Ultimately Esav normalized and he came to realize what he was looking for and what he believed in. Perhaps the most distinguishing remark Esav ever made was in his complaint to his father about how Yakov swindled the brachos away from him. He says “this is why they called my brother Yakov for he has swindled me these two times, he tricked me into selling him the first born right and now he has taken my bracha”. In Hebrew the word for bracha – blessing and the word for bechora – the first born right are formed with the exact same letters. The Zohar teaches that bracha and bechora are really two sides of the same coin. This was Esav’s point of contention. He was unwilling to accept that the blessing – the privileges go hand in hand with service and work – the first born right. We shouldn’t think that Esav was just stupid or belligerent; to the contrary his mind was quite brilliant. Our sages teach that the head of Esav is buried in the cave of Machpeilah. Only a limb or body that was of the utmost completion can have the merit to be buried there. Clearly our picture of who Esav is has to take this into consideration. We are dealing with one of the greatest minds that ever passed through the world. His challenge was not in his mind it was in his heart. He couldn’t let go of his drives and instinctual passion for power and superiority. What Esav passed on to his children is a belief that the world both on the macro and micro level is essentially there to be conquered. G-d wants man to conquer the world and exercise his superiority over it. Why else would he have created us with that capability?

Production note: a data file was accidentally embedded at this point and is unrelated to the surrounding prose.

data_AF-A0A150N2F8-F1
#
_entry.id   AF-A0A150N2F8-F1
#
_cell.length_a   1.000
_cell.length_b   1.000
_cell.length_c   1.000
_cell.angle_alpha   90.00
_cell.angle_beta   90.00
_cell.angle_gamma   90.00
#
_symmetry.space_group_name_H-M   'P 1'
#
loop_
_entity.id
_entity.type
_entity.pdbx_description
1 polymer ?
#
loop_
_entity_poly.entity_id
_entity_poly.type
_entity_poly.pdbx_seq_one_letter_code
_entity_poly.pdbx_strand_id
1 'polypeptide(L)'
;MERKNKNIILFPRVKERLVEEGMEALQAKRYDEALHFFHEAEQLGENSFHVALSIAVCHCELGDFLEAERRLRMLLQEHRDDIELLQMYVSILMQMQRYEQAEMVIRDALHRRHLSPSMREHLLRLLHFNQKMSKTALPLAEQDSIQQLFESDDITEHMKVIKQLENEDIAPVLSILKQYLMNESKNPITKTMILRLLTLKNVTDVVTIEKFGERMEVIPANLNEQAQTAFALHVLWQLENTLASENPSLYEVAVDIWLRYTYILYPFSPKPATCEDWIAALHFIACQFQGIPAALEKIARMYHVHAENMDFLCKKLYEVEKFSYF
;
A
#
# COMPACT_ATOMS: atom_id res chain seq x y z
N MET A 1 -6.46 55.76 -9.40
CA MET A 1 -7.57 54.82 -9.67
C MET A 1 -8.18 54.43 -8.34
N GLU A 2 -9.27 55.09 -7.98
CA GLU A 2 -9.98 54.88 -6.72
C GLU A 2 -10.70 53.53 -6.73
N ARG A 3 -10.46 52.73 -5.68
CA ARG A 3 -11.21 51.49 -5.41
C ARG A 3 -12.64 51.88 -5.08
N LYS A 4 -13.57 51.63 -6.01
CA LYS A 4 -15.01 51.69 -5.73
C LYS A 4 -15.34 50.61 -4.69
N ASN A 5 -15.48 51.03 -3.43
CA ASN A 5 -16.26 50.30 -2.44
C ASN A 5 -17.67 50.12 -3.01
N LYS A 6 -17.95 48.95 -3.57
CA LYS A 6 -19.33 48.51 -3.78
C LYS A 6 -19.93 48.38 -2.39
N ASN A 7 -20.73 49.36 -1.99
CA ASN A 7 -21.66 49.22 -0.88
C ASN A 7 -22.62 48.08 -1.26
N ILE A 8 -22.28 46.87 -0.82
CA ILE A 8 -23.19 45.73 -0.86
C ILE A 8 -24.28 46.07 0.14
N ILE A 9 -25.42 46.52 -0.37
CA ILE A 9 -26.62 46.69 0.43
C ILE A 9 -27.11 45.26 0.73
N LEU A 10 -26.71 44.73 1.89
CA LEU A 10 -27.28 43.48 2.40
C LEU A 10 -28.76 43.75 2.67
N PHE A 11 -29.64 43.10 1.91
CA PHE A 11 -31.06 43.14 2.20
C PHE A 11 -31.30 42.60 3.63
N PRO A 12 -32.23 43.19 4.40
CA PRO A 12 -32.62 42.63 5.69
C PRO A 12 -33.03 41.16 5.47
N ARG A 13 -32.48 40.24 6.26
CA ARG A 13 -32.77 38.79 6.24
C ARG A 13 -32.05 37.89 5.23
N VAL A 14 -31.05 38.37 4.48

In the end Esav is not taking responsibility for bringing the world to its completion. He wants to live in a system where whatever he gains control over is his and he can reap the pleasure and benefit that is has to offer. God made the world for this purpose. Ultimately in some warped kind of way Esav thinks he is taking responsibility for the world but in truth he is just trying to gain control over it for his own purposes. If humanity happens to benefit along the way then so be it. Ya’akov gets the blessings of the spiritual legacy of Avraham and of Yitzchak because he accepts responsibility for fixing the world, a process that he can only figure out by contemplating and grasping the will of G-d who created the universe. Because Esav has chosen a course of self aggrandizement Ya’akov not only has this responsibility but he also gets the tangible material privileges of choosing such a path.